The OnePlus 9 Pro is a good phone, but it’s certainly not a great one, with a compromised camera and clunky design. Strong specs and fast charging help make the case for the 9 Pro, but for the first time rival flagships deliver consistently better value.
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The OnePlus 9 Pro – and the 9 series in general – marks a turning point for OnePlus.
Over the past few years few in the tech industry have had a bad word to say about the ascendant phone brand. Expansions from its core mid-range offering into Pro flagships and the Nord budget line were met with acclaim, and even the company’s headphones and first TV have been highly praised. OnePlus could do no wrong.
The winds began to change in 2020. OnePlus’s relationship with sister company Oppo began to tighten, with merging R&D departments and new budget Nord phones that looked suspiciously like existing Oppo counterparts. In the midst of this, co-founder Carl Pei departed the company to launch his
new venture Nothing, and whispers that OnePlus had lost its way began to get louder.
Until now, none of this had affected the company’s core portfolio. That’s changed with the
9 series. For the first time OnePlus feels like it’s missed the mark on hardware design, while the much-touted camera partnership with Hasselblad doesn’t deliver the goods – crippling noise issues and inconsistent colours mean that in many respects this camera is actually a step back from last year’s 8 Pro.
The OnePlus 9 Pro certainly isn’t a bad phone. The core specs are impeccable, the battery life and charging speeds are among the best in the business, and the software remains a key selling point – though almost all of these are also to be found on the significantly cheaper
For the first time though, the new OnePlus simply doesn’t add up.
Design and build
Let’s start with the bad. The OnePlus 9 Pro is the ugliest OnePlus phone I can remember reviewing.
I’ve been testing the phone in the reflective Morning Mist finish, which offers a gradient from a mirrored bottom edge to a misted top. The initial impression is closer to a budget phone, and it only gets worse once fingerprints start to turn the whole phone into one big smudge.
In fairness, I suspect that the Stellar Black and Pine Green models might fare better, but other design flaws will affect every colour equally. There’s the drab camera module, which seems to have been assembled with no particular care for symmetry or design. There’s the slick, cheap hand-feel, with none of the subtle texturing of previous OnePlus flagships. Or the way it’s just a little bit thicker than last year’s phone, in a year when other manufacturers are slimming their flagships down, making it feel disproportionately chunky.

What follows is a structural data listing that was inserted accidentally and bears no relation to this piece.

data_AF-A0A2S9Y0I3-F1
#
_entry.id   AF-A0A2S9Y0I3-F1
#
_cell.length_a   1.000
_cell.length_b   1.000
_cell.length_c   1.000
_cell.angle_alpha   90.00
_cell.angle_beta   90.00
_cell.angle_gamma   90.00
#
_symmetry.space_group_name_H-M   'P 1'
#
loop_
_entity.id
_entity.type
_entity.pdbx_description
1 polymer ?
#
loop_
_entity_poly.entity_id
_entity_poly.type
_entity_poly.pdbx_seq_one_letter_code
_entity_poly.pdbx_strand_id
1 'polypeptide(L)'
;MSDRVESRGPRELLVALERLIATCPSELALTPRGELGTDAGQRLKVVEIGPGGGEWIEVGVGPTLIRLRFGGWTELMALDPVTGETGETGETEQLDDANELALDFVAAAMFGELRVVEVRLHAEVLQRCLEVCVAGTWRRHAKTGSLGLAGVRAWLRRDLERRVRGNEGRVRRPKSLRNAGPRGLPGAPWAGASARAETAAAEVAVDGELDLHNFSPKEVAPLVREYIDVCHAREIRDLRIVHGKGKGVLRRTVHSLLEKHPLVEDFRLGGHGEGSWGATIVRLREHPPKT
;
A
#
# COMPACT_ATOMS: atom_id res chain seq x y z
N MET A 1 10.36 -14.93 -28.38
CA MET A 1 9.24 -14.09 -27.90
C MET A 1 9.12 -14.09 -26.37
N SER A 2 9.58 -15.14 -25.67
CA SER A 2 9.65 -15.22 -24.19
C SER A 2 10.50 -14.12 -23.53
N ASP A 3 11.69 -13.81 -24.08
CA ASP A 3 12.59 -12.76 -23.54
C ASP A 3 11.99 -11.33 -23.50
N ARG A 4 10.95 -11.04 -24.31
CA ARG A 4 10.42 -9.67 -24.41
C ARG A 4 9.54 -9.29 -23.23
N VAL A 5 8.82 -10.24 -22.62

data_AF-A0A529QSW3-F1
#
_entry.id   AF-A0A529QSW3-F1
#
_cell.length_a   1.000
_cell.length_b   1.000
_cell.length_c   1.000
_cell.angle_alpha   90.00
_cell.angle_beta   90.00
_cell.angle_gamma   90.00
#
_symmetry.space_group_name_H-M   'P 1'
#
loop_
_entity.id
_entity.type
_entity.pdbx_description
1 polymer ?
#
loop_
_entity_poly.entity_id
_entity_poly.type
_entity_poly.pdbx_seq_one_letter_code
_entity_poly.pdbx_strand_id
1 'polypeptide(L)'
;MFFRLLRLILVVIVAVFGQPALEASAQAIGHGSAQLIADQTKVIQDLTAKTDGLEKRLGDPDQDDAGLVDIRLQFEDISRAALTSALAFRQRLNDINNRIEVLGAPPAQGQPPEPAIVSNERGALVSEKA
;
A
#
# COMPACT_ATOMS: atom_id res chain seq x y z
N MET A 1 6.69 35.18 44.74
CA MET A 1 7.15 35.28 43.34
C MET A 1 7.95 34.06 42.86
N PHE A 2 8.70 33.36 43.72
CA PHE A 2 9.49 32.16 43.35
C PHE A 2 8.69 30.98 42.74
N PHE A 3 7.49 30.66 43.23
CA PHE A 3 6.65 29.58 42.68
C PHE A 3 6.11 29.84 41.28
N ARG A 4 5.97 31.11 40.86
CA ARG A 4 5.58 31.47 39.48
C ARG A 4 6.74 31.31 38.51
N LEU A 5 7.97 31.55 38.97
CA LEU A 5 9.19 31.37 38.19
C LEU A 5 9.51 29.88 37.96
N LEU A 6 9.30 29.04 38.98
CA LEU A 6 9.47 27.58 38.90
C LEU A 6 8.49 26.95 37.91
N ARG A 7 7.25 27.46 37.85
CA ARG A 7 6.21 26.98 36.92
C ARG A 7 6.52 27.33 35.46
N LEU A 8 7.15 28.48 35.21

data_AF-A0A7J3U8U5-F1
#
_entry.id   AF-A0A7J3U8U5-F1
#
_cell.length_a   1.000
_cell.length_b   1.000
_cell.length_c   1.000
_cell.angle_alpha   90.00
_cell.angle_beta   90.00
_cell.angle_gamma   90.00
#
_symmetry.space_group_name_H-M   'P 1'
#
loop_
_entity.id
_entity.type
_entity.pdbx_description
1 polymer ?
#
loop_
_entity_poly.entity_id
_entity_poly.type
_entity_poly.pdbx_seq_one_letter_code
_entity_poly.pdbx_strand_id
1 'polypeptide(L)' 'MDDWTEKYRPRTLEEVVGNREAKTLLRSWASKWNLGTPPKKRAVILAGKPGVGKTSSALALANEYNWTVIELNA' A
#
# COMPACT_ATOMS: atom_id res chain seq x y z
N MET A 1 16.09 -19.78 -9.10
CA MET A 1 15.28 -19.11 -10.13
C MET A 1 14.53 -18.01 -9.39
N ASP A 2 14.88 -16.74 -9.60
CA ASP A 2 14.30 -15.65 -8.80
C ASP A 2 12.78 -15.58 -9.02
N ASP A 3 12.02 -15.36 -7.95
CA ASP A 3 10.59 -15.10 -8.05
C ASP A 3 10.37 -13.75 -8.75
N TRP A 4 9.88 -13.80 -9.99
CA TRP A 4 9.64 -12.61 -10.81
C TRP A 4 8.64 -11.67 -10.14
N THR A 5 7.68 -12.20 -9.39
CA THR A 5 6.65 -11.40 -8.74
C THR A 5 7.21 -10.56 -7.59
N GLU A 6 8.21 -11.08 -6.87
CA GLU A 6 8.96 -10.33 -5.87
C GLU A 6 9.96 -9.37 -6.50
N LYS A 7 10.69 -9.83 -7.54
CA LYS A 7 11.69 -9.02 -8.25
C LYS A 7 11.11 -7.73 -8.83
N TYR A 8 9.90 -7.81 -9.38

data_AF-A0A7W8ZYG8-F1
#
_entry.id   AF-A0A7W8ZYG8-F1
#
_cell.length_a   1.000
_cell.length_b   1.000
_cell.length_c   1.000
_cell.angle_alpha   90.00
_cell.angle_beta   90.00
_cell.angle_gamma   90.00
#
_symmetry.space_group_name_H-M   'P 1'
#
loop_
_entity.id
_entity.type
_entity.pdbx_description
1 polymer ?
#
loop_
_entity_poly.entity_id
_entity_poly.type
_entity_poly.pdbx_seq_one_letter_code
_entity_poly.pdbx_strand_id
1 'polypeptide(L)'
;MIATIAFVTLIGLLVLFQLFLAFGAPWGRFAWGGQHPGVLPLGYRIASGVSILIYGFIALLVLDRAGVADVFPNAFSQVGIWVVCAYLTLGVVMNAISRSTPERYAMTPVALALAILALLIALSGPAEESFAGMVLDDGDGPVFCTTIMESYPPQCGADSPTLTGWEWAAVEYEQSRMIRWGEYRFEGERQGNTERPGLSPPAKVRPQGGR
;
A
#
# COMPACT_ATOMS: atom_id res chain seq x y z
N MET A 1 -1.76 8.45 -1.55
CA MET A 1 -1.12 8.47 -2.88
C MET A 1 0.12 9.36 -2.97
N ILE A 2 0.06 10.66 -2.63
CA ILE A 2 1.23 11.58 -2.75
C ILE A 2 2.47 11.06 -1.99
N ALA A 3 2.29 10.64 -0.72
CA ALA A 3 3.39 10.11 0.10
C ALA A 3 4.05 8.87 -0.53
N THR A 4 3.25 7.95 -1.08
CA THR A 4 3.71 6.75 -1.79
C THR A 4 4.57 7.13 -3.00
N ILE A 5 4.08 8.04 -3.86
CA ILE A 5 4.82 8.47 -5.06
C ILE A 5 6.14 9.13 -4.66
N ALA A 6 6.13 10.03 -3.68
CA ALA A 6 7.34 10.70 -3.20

The practical side of the design remains strong at least: Gorilla Glass on front and back (though only version 5, not the more recent 6 or Victus), an IP68 water-resistance rating, and the familiar OnePlus alert slider to let you quickly switch notification settings. Dual stereo speakers deliver audio, though of course there’s no headphone jack – no surprise now.
If you plan to slap your phone into a case the moment you buy it and never take it out, then of course the actual look and feel doesn’t matter much anyway. But it’s pretty striking that this is the first OnePlus phone I’ve ever reviewed that I prefer to keep in a case than out of one.
This is death by a thousand cuts, with lots of little flaws that add up to
compromise the look and feel of the phone as a whole. It’s especially striking from a company that normally nails its design language, leaving me genuinely confused as to how it all went wrong. Did Carl Pei take the design team with him when he left?
Hardware design is a traditional OnePlus strength that’s somehow all gone wrong this time around. By contrast, camera performance is a long-time OnePlus weakness that the company insists it’s fixing, in this case with the help of Swedish camera company Hasselblad.
Don’t get too excited though. The Hasselblad logo may be emblazoned on the camera module (and even the phone’s packaging) but its contributions are, for now, limited: a free-form lens for the ultrawide camera to reduce edge distortion; colour-calibration support; and branding touches like an orange shutter button in the app, a painstakingly recreated Hasselblad leaf shutter sound, and a re-designed Pro mode.
It’s odd that Hasselblad’s chief contribution is colour calibration because this is clearly the 9 Pro’s camera’s major weakness, especially when it comes to colour consistency across the lenses. Check out this collage of shots from each of the phone’s three lenses, taken within seconds of one another:
This dim sunset lighting is more challenging than most conditions, so it’s no surprise to see some discrepancies between the lenses. Still, this is one of the most extreme cases I’ve ever seen, and helpfully highlights each lens’s tendencies: the main lens tends to exaggerate colours, the ultrawide washes them out, and the telephoto skews to warm, orange tones. It’s worth pointing out that none of these captured this shot entirely accurately, though the telephoto comes closest.
Inconsistent colours aren’t the biggest issue in the world, but they highlight the fact that despite Hasselblad’s work, none of these lenses is quite capturing things right.